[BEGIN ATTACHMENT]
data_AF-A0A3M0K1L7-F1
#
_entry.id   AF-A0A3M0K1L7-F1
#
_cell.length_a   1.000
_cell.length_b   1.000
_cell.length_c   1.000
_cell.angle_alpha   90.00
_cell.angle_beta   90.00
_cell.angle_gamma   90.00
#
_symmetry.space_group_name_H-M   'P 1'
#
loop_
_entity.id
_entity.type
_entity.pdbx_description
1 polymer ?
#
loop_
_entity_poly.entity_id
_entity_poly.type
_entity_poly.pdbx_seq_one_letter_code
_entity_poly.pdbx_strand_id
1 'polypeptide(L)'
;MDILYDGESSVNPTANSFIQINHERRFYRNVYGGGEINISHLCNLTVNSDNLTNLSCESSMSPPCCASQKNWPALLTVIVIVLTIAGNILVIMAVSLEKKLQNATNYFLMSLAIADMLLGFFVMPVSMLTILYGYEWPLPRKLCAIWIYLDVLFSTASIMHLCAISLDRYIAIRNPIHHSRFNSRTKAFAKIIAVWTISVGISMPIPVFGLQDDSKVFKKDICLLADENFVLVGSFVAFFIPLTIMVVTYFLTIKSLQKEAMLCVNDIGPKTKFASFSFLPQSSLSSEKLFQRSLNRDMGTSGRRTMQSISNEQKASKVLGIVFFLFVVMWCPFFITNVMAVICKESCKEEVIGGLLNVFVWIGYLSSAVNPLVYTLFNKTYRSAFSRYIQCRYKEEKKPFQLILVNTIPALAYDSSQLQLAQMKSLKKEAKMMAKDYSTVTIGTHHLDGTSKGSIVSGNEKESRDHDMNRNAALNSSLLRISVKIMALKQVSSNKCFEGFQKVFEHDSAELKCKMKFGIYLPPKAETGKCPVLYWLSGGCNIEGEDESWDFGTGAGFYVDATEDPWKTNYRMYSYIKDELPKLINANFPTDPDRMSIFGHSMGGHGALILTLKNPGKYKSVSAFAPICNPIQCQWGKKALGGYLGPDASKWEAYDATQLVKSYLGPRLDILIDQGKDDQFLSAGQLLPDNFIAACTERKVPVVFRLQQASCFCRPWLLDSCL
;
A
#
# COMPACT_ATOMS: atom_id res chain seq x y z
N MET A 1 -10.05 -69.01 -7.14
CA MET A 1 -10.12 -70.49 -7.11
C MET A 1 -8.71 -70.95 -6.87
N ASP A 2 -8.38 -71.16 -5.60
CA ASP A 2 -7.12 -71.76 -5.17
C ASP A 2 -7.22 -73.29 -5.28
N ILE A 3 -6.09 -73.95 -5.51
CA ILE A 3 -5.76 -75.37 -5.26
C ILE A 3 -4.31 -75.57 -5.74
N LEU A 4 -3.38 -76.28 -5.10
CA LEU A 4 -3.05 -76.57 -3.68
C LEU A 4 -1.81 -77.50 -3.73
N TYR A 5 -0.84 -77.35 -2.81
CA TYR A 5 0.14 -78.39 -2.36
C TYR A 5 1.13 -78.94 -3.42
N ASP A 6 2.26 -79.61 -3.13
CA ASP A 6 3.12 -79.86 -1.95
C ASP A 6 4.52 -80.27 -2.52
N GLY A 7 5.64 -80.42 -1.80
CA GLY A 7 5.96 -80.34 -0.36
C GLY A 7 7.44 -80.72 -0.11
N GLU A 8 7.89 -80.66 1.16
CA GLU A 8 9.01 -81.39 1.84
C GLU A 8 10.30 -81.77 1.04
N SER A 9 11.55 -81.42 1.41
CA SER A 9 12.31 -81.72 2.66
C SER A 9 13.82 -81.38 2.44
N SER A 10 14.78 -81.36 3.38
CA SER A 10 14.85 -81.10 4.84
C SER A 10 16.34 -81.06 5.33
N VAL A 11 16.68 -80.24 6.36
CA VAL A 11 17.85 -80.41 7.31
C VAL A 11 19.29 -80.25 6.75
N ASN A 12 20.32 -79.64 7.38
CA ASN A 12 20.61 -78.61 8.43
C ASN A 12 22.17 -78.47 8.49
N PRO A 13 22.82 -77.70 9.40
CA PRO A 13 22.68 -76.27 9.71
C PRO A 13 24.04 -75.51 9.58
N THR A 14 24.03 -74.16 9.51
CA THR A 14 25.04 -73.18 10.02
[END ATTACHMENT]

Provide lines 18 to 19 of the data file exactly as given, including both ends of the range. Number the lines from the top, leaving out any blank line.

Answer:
1 polymer ?
#